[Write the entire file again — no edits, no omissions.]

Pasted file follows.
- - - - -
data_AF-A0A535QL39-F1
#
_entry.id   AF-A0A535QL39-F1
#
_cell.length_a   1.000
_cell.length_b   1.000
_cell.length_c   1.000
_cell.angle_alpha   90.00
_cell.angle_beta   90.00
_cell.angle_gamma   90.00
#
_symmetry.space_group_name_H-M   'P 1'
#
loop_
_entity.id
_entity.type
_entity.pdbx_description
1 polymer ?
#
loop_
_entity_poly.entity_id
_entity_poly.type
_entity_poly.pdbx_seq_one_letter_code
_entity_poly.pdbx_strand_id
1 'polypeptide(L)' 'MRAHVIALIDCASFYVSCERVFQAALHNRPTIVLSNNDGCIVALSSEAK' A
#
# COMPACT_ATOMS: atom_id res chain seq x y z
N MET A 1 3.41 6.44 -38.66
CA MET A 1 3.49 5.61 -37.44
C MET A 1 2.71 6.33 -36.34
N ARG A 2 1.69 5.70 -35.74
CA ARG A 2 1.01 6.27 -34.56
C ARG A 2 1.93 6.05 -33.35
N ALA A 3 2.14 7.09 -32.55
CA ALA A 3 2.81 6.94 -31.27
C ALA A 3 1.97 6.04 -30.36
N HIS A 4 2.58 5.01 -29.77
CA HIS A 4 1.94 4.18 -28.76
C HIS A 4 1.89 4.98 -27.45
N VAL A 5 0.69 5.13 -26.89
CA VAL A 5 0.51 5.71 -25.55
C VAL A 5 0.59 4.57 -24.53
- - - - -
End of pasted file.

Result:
data_AF-A0A535QL39-F1
#
_entry.id   AF-A0A535QL39-F1
#
_cell.length_a   1.000
_cell.length_b   1.000
_cell.length_c   1.000
_cell.angle_alpha   90.00
_cell.angle_beta   90.00
_cell.angle_gamma   90.00
#
_symmetry.space_group_name_H-M   'P 1'
#
loop_
_entity.id
_entity.type
_entity.pdbx_description
1 polymer ?
#
loop_
_entity_poly.entity_id
_entity_poly.type
_entity_poly.pdbx_seq_one_letter_code
_entity_poly.pdbx_strand_id
1 'polypeptide(L)' 'MRAHVIALIDCASFYVSCERVFQAALHNRPTIVLSNNDGCIVALSSEAK' A
#
# COMPACT_ATOMS: atom_id res chain seq x y z
N MET A 1 3.41 6.44 -38.66
CA MET A 1 3.49 5.61 -37.44
C MET A 1 2.71 6.33 -36.34
N ARG A 2 1.69 5.70 -35.74
CA ARG A 2 1.01 6.27 -34.56
C ARG A 2 1.93 6.05 -33.35
N ALA A 3 2.14 7.09 -32.55
CA ALA A 3 2.81 6.94 -31.27
C ALA A 3 1.97 6.04 -30.36
N HIS A 4 2.58 5.01 -29.77
CA HIS A 4 1.94 4.18 -28.76
C HIS A 4 1.89 4.98 -27.45
N VAL A 5 0.69 5.13 -26.89
CA VAL A 5 0.51 5.71 -25.55
C VAL A 5 0.59 4.57 -24.53